USA About: Earthquake Publish: Last Thursday at 11:05 PM Edit: Last Thursday at 11:05 PM Author: Gardener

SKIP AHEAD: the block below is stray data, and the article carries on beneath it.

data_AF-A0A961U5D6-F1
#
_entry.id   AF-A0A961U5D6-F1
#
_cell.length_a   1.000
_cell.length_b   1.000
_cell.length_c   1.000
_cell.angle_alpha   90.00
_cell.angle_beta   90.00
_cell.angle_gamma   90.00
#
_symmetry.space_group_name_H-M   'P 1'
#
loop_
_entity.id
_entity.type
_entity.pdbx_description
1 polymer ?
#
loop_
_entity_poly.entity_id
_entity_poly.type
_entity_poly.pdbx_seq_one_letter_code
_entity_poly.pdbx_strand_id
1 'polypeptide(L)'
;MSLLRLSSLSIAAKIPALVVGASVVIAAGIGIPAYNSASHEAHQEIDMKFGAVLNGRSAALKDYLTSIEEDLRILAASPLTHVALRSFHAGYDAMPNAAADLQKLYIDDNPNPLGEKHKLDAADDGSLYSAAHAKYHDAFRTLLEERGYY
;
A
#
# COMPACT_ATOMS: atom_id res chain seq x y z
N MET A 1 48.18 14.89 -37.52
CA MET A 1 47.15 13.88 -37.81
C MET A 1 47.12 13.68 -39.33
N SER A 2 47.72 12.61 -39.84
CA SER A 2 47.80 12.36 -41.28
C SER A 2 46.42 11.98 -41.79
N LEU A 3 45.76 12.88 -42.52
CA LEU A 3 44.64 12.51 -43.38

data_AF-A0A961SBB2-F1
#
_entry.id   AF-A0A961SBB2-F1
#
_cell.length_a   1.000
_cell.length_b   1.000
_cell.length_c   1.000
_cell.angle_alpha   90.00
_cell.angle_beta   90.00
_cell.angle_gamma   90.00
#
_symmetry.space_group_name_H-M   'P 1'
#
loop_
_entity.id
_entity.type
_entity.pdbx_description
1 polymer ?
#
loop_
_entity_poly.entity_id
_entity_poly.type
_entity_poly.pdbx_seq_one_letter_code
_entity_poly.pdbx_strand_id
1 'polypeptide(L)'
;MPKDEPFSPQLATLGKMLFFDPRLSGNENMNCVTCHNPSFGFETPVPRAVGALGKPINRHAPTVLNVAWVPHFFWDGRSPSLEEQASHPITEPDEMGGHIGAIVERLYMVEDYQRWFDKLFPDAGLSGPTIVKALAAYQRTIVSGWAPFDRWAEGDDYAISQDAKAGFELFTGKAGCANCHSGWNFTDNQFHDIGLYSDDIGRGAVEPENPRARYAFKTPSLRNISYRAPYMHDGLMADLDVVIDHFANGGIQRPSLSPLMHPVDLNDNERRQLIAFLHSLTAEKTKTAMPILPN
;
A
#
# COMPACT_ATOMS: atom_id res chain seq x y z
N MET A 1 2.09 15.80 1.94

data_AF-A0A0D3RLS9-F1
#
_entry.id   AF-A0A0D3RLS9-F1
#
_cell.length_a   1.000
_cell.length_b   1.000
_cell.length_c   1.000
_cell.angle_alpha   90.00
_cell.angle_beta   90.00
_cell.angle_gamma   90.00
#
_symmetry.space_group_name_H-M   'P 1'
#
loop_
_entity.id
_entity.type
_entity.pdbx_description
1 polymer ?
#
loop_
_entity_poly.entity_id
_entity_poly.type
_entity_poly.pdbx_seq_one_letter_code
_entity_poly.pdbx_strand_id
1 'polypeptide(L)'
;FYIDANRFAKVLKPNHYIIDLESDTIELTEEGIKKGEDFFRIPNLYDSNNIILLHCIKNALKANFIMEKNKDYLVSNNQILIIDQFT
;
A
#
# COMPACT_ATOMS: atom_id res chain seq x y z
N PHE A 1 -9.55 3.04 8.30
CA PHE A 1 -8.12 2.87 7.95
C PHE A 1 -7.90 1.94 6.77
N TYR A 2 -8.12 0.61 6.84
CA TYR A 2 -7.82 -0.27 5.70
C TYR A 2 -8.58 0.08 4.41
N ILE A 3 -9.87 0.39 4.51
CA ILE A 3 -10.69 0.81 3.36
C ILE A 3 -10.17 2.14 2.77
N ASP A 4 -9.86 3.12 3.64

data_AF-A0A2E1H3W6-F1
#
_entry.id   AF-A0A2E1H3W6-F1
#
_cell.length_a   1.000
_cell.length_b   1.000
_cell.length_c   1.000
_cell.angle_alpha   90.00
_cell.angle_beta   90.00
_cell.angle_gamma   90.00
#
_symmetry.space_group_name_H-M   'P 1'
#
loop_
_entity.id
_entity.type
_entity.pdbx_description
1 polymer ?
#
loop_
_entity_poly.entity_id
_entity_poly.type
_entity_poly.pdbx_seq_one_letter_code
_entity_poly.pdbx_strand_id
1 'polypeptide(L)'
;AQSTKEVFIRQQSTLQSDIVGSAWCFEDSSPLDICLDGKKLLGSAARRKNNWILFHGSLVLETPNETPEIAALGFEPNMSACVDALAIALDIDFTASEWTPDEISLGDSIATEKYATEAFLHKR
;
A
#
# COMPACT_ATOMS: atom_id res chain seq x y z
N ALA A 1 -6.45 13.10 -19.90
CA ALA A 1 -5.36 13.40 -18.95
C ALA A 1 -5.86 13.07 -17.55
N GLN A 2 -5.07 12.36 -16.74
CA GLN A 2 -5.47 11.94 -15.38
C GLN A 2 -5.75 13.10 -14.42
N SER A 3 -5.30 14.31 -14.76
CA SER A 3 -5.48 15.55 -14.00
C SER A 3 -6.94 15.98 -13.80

Kabul, Afghanistan -- A powerful earthquake struck eastern Afghanistan early Wednesday, killing more than 1,000 people, according to officials in the country's ruling Taliban regime. Muhammad Amin Hafiza, the head of information and culture in the hard-hit Paktika province, told CBS News over the phone that the death toll had risen to over 1,000 in his province alone and more than 1,500 others were injured. "Some families have disappeared completely," Hafiza said, as images of collapsed homes emerged across the region. Information was slow to emerge after the 5.9-magnitude quake struck Afghanistan's Khost and Paktika provinces around 1:30 a.m. local time. The earthquake was felt in large parts of the country, including in the capital Kabul. The disaster came just months before the one-year anniversary of the Taliban's takeover of Afghanistan. The relative lack of personnel and infrastructure from foreign governments and international aid agencies in the country would likely complicate relief efforts, but various organizations were quick to say help was on the way. Videos and photos shared on social media showed military helicopters rushing to the area to evacuate the wounded. Mawlawi Elyas Nasiri, regional director of the Afghan Red Crescent Society in eastern Afghanistan, said ambulances and rescuers had arrived at the scene and efforts were underway to find and assist victims. He said it was about a 3.5-hour drive from the provincial capital to the earthquake area and some people were likely still trapped under the rubble. N. and Italy-based medical charity EMERGENCY said they are mobilizing and deploying resources to help quake victims. N. Officials in the country said an estimated 2,000 homes were destroyed in the earthquake zone. "Due to landslides and blocked roads, we are still unable to reach some of the communities," Sam Mort, UNICEF's director of communications, advocacy and civic engagement, told CBS news correspondent Pamela Falk, estimating that 1,800 Houses were destroyed in Gayan district. And, you know, we fear there are still people trapped under the rubble." National Security Adviser Jake Sullivan said in a statement that President Joe Biden "has been monitoring developments and has directed USAID and other federal government partners to assess U.S. response capabilities to help those most affected.” Sullivan said the U. Kawsar, a resident of a village in Paktika's Gayan district, told CBS News over the phone that 24 people in his village, including his father, were killed when the quake struck, and more than 30 others wounded. "Two children and two women are among the victims of one family," he said, urging the government to provide assistance immediately. Another Gayan district resident, Juma Khan, 28, told CBS News' Sami Yousafzai The Phone that he was "shaken awake" at around 1:30 a.m. and quickly realized that it was an earthquake. "I've never felt an earthquake like this in my entire life," he told CBS News. It collapsed on them and me, his wife found dead, while my brother there and his three children were wounded under rubble. "In our village Most houses collapsed, killing dozens and injuring dozens more from the impact," Khan said. Taliban chief spokesman Zabihullah Mujahid said an emergency meeting was held at the presidential palace in Kabul and officials were instructed to help the earthquake victims to render any assistance possible.Eastern Afghanistan, along with neighboring states along South Asia's Hindu Kush mountain range, is highly prone to large earthquakes as the mountains lie above an active geological fault line.Many of the homes, hospitals and other buildings in the region are poorly constructed and can collapse easily in earthquakes In 2015 A major quake in 2015 killed more than 200 M people in the region. Another earthquake of similar magnitude to Wednesday's in 2002 killed about 1,000 people in northern Afghanistan.
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